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Robot-run restaurant kitchens prompt questions about man vs. machine

If you entered the newest restaurant in the chain Haidilao in Beijing, you might not feel like you’re stepping into the future. Everything seems typical at first — diners eating while servers mingle among tables, as expected — but behind the scenes, things get a bit more hi-tech.

Haidilao has set up a restaurant with an entirely robot-run kitchen in the Chinese capital, becoming what it calls the “world’s first smart hotpot restaurant.” Hotpot restaurants have diners order a soup stock and ingredients, which they cook at their table using a pot and burner.

One reviewer from the South China Morning Post visited the restaurant and described the experience:

“As you enter the venue, an automated cold room kept at zero to four degrees Celsius [32 to 39 degrees Fahrenheit] is on view, where queues of robotic arms prepare and deliver raw meat and fresh vegetables according to the orders placed by patrons through an iPad at each table.”

According to the reviewer, although human servers do attend to diner’s needs while they eat, no warm-blooded bodies are involved with food prep. A computer system keeps track of expiration dates and automatically disposes of anything that has gone bad. Robotic arms prepare each hotpot soup stock, which customers have already inputted using the iPads back at their tables, while mobile robots deliver food and retrieve dirty dishes.

The fast-growing restaurant chain is committed to keeping humans on staff — its reputation in China is built on its friendly customer service — but might expand its robot kitchen to other restaurants. Currently Haidilao maintains over 350 restaurants around the world (though mostly in China and nearby countries). It partnered with Japanese company Panasonic to bring the robot kitchens to reality.

Haidilao chairman Zhang Yong compares his company’s use of robots to what you might see in the food processing industry. “Haidilao is not just a restaurant,” he said. “We’re also a company that does manufacturing and logistics. Before the food is brought to the table, it’s all a manufacturing process. After that, the service aspect takes over.”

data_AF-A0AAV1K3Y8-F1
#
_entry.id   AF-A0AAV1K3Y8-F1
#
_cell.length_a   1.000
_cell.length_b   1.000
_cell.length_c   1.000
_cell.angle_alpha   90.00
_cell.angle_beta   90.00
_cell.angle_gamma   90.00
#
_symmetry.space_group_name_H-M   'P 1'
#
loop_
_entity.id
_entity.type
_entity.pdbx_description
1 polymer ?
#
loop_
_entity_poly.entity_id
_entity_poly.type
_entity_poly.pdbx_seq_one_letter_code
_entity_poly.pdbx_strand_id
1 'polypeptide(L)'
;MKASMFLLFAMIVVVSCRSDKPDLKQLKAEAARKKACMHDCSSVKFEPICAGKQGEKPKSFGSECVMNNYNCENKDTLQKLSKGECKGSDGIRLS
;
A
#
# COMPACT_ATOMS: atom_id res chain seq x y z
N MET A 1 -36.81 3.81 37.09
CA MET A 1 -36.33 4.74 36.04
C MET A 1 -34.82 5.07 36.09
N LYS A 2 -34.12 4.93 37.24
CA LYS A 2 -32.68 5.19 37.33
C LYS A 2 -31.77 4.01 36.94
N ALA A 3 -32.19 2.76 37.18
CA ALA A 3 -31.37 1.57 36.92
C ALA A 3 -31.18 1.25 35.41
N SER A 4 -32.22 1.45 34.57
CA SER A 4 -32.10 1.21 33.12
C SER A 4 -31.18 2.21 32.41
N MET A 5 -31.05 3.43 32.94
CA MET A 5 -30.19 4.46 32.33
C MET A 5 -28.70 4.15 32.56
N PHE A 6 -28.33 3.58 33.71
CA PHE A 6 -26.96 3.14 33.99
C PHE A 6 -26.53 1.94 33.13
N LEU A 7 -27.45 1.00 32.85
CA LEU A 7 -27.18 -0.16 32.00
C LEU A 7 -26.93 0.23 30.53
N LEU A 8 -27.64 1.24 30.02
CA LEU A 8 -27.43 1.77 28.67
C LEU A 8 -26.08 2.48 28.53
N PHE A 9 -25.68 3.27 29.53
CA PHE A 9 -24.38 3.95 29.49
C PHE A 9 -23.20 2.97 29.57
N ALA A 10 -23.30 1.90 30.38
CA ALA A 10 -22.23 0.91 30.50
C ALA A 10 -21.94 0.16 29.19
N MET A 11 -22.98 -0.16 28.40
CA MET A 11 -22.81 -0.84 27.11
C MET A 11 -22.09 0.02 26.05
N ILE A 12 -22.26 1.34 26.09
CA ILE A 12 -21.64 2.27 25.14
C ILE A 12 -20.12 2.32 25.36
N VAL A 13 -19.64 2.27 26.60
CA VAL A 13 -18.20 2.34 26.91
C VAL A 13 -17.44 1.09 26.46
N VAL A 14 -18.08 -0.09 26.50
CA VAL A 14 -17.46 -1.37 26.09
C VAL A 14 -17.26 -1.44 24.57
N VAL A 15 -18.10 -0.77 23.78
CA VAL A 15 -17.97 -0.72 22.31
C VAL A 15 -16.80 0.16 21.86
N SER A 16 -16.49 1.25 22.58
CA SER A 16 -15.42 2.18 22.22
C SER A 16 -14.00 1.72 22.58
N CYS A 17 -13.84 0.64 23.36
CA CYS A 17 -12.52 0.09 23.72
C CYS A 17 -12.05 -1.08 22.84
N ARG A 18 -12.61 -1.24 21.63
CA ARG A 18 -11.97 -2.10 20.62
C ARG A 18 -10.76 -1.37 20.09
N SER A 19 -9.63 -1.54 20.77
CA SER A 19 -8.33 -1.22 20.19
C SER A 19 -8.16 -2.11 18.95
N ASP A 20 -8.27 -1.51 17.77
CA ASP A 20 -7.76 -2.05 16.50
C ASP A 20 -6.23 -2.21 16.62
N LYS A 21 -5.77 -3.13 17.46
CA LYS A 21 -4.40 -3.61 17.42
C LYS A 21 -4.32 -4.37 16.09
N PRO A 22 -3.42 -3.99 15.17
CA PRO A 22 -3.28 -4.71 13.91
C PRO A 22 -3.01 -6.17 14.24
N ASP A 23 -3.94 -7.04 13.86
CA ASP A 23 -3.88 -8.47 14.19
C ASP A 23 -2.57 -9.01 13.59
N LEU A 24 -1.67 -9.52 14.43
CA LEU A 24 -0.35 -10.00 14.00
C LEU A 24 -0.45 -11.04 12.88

Haidilao isn’t the only company to experiment with robots in the kitchen. These automated restaurants are popping up around the globe. Spyce, in Boston, is one example of a restaurant that uses both robot and human chefs in partnership to feed hungry customers. A concession stand in Los Angeles’s Dodger Stadium recently employed a robot by the name of Flippy, which ran deep fryers using a combination of cameras, heat sensors and artificial intelligence. Levy Restaurants, which operates the stand, said they found that Flippy was more productive and wasted less food than the average human worker.

Still, there are some things human chefs argue that robots can’t replicate, from expertise in flavors to cutting techniques perfected over years of hard work. Some say that robots will function best as tools in the kitchen, like an oven or a microwave. There’s also the matter of keeping jobs open for humans who need them, a discussion at the forefront of many minds as automation sweeps through all industries.

The technology is new, at the end of the day, and it remains to be seen what the pros and cons of robot chefs really are. But until we figure it all out, you can probably expect to see a robot-run kitchen coming your way soon.

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